It seems that most of Revelation has taken place, but I’m confused about
the seals, trumpets, and bowls of Gods wrath. Can the OT/NT, or other
historical writings help us understand when these events happened?


When you say that “most of Revelations has taken place,” I assume that you
believe the majority of what is prophesied in this book has already been
fulfilled during the time of the Roman empire and the persecutions of the
church by Rome. I agree with this general picture in the sense that, as
John said in Revelation 1:1 that the vision concerned things which “must
quickly take place.” The letter focuses on the heavenly battle which
occurs parallel to the attacks on the church and the saints on the earth
during the time of the emperor Domitian and the persecutors who followed
him. Strong evidence for this view is found, for example, in Revelation
17:9-18, which refers to “the great city that has an empire over the kings
of the earth.” (v. 18). Here one learns that the vision in Revelation
5-16 concerns this kingdom with its ten horns (kings) who make war on the
saints. This is a clear parallel to Daniel chapter seven, which is a
prophecy of the persecutions of Domitian, the tenth emperor of Rome. All
this is described in some detail in my book, “Daniel, Prophet to the
Nations” (

Much more could be said to support the case that the primary emphasis of
Revelation is on the church in the first centuries and the persecution of
the saints. This brings me to the seals, trumpets and bowls and their
specific interpretation. I will confess that the detailed interpretation
of the many symbols in Revelation is not my specialty. I will recommend
to you two books which I find to be very helpful. One is “Revelation” by
Jim McGuiggan published by International Bible Resources, Lubbock Texas.
The other is “Mine Eyes Have Seen the Glory” by Gordon Ferguson, available

Having given you some references, let me attempt to help you to understand
the specifics of the seals, trumpets and bowls. The seals are opened in
Revelation 6:1-8:6. The trumpets are blown in Revelation 8:7-11:19 and
the seven bowls are poured out in Revelation 16:1-21. You should be aware
that this is apocalyptic literature. The dramatic imagery of apocalyptic
writings such as that in Revelation and parts of Ezekiel, Joel, Zechariah
and others should be interpreted symbolically rather than literally.
These visions concern the judgment of God against those who would oppose
him. In the context of Revelation, they are especially about God’s
judgment against those who attacked the saints during the time immediately
following the vision given to John. It would involve too much for me to
give interpretation of each of these visions. Let me give you a few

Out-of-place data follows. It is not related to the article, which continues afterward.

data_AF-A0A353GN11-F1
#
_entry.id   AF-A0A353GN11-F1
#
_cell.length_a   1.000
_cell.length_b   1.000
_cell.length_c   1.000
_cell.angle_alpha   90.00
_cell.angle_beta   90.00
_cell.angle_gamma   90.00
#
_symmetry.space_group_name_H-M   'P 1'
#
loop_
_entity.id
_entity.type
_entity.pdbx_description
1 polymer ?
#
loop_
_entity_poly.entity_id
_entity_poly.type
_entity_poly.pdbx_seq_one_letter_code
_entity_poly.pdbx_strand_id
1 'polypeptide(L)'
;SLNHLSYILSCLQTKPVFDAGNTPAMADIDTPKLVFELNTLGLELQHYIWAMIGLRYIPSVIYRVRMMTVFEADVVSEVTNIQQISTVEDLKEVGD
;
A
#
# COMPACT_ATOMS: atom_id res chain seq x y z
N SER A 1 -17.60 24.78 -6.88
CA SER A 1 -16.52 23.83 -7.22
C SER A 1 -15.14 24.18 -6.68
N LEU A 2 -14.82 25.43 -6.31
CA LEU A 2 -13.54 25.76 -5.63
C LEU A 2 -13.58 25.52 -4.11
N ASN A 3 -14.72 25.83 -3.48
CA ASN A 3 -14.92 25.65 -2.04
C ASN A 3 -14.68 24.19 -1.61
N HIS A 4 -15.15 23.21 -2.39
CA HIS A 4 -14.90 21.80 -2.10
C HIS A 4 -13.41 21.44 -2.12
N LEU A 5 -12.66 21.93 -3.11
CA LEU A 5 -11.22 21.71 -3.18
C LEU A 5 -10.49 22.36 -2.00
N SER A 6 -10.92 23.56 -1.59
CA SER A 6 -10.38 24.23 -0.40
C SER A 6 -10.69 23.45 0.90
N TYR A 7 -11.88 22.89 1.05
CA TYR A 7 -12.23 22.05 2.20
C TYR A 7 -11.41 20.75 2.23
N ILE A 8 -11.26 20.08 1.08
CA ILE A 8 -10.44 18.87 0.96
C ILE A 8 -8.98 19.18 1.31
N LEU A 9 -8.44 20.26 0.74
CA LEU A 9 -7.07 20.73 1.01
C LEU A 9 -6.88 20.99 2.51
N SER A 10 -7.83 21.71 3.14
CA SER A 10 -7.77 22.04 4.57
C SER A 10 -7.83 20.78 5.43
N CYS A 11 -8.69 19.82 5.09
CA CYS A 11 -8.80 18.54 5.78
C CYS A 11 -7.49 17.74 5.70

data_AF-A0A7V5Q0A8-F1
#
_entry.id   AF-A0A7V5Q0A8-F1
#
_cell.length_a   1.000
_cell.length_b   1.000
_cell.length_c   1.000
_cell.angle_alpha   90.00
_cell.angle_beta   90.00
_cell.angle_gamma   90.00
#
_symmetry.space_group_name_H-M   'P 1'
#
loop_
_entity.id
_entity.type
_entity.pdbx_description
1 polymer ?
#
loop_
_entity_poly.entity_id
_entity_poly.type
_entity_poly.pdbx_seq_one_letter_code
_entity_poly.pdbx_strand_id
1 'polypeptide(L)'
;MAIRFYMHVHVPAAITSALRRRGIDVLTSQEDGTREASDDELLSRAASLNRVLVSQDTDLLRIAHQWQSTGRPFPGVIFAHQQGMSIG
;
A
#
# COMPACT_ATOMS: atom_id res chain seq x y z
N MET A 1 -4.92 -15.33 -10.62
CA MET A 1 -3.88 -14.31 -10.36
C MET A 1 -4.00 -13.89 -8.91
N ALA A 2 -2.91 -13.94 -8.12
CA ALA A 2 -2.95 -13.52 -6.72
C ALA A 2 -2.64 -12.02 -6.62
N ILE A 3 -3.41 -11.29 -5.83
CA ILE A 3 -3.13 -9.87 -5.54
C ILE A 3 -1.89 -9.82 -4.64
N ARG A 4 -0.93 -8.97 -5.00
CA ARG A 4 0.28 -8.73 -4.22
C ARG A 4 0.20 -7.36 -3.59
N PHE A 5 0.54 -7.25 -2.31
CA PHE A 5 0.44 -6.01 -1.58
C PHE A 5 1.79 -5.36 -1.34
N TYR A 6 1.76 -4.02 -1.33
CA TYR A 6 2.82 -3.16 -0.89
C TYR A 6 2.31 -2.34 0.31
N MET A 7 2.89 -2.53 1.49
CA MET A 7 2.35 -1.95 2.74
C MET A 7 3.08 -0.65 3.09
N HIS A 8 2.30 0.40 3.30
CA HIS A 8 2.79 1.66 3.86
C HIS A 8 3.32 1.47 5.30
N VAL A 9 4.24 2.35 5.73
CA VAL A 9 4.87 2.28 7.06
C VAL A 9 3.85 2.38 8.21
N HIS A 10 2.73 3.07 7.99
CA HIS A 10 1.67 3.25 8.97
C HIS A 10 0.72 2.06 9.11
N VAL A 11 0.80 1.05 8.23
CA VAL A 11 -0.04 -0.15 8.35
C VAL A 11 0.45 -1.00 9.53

comments and let you use the sources I mention above. For example, in Rev
6:1 the lamb who opens the scroll is Jesus. The white horse is the one
Jesus rides on (figuratively, of course). Red (Rev 6:4) represents war.
This is a common usage of the color in apocalpytic language. The black
horse (Rev 6:5) represents suffering and famine. The pale green/grey
horse (Rev 6:8) represents death and destruction. The red, black and pale
horses together represent the judgment which God will bring on the earth
and on the enemies of God. The fifth seal (Rev 6:9) represents the saints
who were killed by those who attacked the church. This is a hint about
the cause of the judgment referred to in the second, third and fourth
seals. The sixth seal (Rev 6:12) is again about God’s judgment, this time
on the kings and the rulers who oversaw the attacks on God’s people.

I will stop there. Hopefully, you will get the idea. These visions of
seals, trumpets and bowls are not historical prophecies such as Psalm
22:16, “They have pierced my hands and my feet.” which have a definite
point in time when they are fulfilled. Rather they are a dramatization
of God’s judgment on those who oppose Jesus and his saints. They are a
heavenly drama with a parallel in earthly reality. For this reason, one
cannot say that Revelation 6:12 was fulfilled in 134 AD. That is not the
nature of the apocalyptic visions in Revelation. Clearly, a lot more can
be said about the seals, trumpets and bowls, but I will leave you to do
your own more advanced study through one of the commentaries mentioned
above or another. I would suggest finding a commentary which does not
make the mistake of projecting most of the prophecies of Revelation into
the present time or a time in the near future, as this is clearly not the
principle focus the vision given to John. There are many books which
attempt to interpret Revelation in light of current events. Such books
may make for interesting reading, but they are not likely to help you
understand the intent of the original author.

John Oakes

Comments are closed.